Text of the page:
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SOMESLAL MUKHOPADHYAY

SONGSOPTOK THE WRITERS BLOG | 3/15/2017 |


Songsoptok
INTERVIEW
Feminism & The Cult of Silence

SONGSOPTOK: Do you think that there is a ‘cult of silence’ in the country and the society you live in, especially for issues involving women’s position in society and their rights? If yes, then what are the specific issues? Is it harmful? In what way?

SOMESLAL: No, I don’t find any ‘cult of silence’! There are people who keep their mouths shut on these issues of course! Then there are goons under some political umbrage or other who terrorize people to silence when they themselves violate these rights! But you can hear voices of protest every now and then!


SONGSOPTOK: In case you think that there is no such cult, can you please explain why you think so? With some examples, if possible

SOMESLAL:  I think I have explained my view already.


SONGSOPTOK: Do you think that there has always been a cult of silence in human societies regarding certain issues? If yes, then for what reasons? Do you think that it is actually a good thing to perpetuate such a practice? Please tell us know why.

SOMESLAL: Again history may have seen such “cults of silence” from time to time! I think the major reason for such “silence” is fear in some form or other!
Well, there may be people who philosophize on the need for “silence” in situations demanding protest. But I do not agree on such views. If “no mere action can change the world”, then “mere silence” cannot either!


SONGSOPTOK: Is there a feminist movement in your country? If yes, then what are the specific objectives? In your opinion, is it necessary? If not, then what are the main reasons for its absence?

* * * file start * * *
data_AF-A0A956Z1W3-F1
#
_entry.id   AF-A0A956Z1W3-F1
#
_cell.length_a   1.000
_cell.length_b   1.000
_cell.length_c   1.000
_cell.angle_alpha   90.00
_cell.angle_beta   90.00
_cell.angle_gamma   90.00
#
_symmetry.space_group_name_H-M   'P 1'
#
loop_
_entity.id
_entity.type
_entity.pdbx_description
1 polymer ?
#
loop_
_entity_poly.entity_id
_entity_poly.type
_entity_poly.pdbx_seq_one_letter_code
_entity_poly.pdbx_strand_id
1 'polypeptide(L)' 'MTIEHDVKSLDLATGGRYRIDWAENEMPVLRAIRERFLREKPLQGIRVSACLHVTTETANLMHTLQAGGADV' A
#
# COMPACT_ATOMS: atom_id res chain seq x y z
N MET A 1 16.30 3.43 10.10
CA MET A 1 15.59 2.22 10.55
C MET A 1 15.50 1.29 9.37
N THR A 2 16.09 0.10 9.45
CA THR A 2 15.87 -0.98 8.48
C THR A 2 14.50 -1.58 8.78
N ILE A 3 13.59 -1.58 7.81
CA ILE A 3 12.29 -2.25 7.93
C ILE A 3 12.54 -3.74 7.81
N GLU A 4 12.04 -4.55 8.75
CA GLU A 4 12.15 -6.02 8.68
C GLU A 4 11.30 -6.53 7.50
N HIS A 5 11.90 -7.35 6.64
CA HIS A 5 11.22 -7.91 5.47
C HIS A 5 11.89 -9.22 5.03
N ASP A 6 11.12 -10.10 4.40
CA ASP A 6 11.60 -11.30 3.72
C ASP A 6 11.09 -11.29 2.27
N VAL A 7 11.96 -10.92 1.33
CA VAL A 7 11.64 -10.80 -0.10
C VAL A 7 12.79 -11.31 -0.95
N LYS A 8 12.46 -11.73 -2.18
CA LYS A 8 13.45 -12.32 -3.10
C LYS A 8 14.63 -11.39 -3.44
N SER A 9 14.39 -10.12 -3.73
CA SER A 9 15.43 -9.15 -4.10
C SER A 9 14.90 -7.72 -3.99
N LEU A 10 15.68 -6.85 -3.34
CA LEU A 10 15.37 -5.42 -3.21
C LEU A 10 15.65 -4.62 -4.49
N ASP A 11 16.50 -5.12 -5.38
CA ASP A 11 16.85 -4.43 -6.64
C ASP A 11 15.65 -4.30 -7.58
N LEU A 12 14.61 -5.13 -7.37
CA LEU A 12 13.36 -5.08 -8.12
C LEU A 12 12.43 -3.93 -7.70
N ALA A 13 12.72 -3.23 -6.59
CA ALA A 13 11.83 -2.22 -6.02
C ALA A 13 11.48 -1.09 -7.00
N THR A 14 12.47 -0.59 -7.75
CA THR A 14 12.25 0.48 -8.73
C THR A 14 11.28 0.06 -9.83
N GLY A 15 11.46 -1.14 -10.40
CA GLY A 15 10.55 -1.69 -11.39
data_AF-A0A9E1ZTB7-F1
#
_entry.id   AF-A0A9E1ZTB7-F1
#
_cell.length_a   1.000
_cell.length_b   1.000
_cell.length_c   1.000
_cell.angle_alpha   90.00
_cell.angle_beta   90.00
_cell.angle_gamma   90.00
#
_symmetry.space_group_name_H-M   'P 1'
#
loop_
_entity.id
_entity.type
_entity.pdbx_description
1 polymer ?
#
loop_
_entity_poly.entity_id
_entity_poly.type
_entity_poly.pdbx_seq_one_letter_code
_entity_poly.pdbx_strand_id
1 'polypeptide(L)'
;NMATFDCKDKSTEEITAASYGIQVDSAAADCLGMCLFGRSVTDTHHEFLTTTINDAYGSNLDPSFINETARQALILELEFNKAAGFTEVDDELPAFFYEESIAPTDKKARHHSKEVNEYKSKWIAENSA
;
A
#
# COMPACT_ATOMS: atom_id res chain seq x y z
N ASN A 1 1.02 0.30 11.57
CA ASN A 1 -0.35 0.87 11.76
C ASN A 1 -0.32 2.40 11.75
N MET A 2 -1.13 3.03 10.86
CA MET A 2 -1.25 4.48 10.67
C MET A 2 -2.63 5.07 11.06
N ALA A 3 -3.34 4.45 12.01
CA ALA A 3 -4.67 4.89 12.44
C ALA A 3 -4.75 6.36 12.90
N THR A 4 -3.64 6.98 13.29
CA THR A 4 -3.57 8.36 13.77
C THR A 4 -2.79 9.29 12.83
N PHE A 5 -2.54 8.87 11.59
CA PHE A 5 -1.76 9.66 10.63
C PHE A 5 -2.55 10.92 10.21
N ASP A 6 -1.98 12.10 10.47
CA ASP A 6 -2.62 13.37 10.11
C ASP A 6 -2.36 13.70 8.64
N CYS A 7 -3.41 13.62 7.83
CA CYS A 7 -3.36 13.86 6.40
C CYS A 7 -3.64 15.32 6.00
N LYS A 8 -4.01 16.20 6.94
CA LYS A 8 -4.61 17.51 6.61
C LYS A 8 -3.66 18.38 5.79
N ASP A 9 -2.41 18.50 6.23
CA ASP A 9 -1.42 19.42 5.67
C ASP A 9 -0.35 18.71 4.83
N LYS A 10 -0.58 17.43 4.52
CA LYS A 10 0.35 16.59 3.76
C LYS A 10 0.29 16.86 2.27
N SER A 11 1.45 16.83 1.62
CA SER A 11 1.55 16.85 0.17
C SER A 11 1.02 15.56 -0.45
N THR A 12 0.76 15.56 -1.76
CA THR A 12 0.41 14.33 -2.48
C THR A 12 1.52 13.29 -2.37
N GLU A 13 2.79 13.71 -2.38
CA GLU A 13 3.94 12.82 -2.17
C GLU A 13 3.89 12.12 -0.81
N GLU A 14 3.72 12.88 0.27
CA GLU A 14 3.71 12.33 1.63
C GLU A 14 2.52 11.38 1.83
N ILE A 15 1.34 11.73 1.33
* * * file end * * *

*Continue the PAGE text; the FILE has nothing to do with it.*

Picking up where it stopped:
SOMESLAL: There are groups of women and men who supposedly preach and practice “feminism” in India! I’m not very conversant with their specific objectives, leaving out “feminism” itself.

Now I don’t think that “feminism” can give us a solution to women’s travails, since the very idea of the “ism” is divisive and hence likely to create further divisions within society. (Well it may take dozens of A4-size papers for me to elaborate my idea! What is needed is a compassionate view that does not distinguish between men and women in terms of capabilities, intelligence and so on, and which takes a holistic approach to human lives in general. ) There is the worse problem of “pseudo-feminists” – persons who use such emancipatory platforms for their own petty career-goals outwardly and continue privately their wife-beatings and daughter-in-law beatings! Haven’t we seen official protectors of children engaged clandestinely in child-trafficking? There exists yet another brand of pseudo-feminists who would even prescribe violence to men as the main path to liberation of women!


SONGSOPTOK: What, in your opinion, is the position of women in the country you live in? Do they have equal rights in every domain as men? If not, then which are the main areas where they receive unequal treatment?